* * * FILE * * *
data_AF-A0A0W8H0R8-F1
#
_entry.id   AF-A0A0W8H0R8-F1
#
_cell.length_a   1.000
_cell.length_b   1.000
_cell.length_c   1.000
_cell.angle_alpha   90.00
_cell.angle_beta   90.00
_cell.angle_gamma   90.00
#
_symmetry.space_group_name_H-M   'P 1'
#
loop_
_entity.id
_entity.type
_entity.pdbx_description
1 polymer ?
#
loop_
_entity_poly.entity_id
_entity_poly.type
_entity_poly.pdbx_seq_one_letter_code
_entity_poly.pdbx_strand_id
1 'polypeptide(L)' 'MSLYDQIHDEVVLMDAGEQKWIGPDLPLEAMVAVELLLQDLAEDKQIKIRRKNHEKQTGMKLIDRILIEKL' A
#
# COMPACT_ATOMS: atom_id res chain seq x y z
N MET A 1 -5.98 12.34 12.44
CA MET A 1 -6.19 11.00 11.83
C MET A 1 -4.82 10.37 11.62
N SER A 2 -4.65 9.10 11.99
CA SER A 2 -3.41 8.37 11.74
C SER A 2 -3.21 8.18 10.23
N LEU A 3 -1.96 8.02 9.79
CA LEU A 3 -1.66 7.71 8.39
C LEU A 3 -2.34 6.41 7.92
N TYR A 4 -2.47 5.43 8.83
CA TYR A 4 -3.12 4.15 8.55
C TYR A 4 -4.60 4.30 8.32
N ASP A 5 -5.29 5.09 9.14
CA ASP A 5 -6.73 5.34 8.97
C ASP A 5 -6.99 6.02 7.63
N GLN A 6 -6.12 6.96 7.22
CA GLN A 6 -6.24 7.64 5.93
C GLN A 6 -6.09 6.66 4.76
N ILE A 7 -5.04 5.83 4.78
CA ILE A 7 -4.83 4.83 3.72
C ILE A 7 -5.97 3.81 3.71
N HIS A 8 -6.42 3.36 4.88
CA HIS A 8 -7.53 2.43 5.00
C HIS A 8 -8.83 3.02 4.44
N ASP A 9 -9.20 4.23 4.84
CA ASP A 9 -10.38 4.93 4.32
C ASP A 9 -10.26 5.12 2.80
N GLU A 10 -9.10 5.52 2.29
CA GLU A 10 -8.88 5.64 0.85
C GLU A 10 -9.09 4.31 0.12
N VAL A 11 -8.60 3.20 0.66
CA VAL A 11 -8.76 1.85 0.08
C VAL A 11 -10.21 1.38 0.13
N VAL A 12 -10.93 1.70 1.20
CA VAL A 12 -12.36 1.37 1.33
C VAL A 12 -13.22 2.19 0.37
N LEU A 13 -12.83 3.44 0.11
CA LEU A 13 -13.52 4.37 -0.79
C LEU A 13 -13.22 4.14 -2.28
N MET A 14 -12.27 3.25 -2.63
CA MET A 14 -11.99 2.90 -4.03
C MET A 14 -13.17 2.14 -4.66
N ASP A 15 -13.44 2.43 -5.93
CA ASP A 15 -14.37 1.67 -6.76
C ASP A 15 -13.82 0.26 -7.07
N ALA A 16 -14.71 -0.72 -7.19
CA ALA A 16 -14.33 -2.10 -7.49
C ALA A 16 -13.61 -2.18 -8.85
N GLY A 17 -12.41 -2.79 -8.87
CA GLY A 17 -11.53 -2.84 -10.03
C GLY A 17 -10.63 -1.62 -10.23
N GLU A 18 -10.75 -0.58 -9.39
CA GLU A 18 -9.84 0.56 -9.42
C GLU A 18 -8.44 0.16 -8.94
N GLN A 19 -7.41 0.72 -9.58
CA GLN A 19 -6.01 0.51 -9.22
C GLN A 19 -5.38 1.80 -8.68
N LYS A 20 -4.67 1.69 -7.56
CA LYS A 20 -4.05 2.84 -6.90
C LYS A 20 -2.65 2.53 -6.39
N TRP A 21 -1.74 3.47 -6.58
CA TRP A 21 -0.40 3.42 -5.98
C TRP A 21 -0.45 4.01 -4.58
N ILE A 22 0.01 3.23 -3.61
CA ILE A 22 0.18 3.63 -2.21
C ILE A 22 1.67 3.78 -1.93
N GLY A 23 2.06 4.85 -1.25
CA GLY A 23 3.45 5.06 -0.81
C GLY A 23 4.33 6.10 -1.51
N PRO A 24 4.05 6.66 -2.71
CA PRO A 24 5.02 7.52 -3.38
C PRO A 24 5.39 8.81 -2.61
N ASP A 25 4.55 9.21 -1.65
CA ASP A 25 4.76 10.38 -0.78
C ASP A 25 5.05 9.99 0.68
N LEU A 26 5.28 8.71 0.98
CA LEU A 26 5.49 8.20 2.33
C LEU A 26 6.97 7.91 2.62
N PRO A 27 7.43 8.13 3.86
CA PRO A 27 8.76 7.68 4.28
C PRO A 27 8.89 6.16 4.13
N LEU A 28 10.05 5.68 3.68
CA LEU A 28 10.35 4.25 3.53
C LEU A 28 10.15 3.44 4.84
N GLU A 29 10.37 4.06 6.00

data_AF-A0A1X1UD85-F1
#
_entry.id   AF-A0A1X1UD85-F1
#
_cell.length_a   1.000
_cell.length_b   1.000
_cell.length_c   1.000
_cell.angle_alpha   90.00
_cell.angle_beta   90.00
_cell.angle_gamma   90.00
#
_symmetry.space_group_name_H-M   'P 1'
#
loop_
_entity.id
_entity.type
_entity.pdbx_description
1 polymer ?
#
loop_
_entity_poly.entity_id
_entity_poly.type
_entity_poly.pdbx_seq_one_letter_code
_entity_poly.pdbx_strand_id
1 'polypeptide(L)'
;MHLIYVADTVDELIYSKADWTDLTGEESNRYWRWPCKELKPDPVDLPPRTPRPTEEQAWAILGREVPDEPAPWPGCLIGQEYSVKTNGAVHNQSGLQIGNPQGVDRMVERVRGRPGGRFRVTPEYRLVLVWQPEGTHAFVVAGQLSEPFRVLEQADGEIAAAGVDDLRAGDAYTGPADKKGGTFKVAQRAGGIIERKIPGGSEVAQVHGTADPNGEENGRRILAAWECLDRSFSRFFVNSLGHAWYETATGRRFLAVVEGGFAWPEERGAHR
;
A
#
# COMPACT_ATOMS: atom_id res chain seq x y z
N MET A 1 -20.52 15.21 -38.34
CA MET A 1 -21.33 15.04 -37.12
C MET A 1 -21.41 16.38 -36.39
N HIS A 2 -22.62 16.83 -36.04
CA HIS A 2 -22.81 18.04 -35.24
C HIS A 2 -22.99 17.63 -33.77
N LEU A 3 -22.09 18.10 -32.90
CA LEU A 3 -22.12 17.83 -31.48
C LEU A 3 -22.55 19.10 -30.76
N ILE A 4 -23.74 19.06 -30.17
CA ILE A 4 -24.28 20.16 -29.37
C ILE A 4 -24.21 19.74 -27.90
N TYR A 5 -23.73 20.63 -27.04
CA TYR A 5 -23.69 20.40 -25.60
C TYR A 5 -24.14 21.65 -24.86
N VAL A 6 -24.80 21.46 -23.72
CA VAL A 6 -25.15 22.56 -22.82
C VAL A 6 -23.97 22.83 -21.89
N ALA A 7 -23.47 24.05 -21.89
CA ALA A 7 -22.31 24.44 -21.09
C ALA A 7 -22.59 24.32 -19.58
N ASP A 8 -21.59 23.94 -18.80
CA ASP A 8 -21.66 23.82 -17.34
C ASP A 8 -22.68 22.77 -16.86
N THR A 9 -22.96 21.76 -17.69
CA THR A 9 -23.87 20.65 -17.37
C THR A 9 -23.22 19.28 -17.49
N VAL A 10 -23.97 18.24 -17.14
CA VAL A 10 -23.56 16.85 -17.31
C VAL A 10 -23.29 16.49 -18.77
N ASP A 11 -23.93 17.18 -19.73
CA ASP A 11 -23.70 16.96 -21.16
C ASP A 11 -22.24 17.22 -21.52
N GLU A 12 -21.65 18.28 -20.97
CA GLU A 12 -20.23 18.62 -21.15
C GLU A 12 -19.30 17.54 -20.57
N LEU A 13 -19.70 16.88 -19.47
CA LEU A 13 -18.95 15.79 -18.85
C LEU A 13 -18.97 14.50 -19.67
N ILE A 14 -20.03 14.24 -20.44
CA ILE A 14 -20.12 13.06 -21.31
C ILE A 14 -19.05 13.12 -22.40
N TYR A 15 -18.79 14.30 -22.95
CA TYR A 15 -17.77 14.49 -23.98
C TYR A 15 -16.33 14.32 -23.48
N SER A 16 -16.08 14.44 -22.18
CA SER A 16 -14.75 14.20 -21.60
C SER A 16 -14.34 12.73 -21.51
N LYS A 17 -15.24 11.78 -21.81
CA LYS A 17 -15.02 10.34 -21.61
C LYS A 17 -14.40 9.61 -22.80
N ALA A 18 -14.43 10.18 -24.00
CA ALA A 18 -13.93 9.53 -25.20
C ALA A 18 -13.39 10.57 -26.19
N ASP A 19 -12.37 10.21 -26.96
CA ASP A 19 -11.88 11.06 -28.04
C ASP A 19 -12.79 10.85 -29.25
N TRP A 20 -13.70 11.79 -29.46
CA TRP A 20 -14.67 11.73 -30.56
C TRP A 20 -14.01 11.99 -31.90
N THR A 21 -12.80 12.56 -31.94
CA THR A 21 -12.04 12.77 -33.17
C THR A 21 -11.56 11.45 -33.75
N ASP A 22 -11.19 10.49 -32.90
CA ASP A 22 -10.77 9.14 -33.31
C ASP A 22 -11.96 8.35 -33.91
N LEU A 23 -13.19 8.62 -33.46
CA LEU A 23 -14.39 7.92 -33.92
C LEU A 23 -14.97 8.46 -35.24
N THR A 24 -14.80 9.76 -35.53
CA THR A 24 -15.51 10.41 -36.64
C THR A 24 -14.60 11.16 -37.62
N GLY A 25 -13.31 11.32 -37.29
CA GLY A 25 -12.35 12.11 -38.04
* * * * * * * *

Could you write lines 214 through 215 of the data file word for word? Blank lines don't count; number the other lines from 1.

C THR A 24 -14.60 11.16 -37.62
N GLY A 25 -13.31 11.32 -37.29